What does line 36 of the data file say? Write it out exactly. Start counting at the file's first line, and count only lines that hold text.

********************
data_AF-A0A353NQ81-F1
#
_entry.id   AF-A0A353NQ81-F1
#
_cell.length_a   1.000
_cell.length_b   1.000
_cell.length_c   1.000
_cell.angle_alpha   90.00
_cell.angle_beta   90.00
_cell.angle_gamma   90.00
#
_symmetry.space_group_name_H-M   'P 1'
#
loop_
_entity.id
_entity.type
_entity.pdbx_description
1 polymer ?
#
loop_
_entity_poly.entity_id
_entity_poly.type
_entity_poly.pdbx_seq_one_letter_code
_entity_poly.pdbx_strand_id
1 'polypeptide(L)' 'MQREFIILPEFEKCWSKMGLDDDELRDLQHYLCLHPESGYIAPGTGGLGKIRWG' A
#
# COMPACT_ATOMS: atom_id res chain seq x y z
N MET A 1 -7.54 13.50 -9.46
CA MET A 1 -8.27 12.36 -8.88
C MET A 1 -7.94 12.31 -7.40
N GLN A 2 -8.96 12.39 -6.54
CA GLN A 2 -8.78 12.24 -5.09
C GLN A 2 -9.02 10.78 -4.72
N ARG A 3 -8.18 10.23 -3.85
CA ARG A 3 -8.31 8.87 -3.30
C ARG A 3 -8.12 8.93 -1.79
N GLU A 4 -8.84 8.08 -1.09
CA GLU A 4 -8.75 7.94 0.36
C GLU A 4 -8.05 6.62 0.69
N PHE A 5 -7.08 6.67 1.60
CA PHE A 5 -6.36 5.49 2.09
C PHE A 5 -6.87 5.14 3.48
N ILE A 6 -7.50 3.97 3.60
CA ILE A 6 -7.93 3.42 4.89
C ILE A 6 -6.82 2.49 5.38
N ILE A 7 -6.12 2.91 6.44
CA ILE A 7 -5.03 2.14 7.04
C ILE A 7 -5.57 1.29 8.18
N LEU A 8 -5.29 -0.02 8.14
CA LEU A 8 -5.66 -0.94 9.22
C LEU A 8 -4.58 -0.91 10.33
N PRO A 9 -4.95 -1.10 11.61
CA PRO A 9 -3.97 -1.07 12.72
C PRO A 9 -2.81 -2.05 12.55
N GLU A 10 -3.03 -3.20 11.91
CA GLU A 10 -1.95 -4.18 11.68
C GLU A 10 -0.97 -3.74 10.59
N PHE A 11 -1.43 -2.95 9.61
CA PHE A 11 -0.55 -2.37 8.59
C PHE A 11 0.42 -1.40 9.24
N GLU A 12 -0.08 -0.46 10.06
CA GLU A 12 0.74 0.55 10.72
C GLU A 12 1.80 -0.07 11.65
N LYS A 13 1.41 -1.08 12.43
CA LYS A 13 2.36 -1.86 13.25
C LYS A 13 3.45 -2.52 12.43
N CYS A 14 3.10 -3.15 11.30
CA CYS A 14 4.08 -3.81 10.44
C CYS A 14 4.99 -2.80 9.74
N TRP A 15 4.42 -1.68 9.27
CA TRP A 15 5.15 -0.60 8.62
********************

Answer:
C ARG A 3 -8.12 8.93 -1.79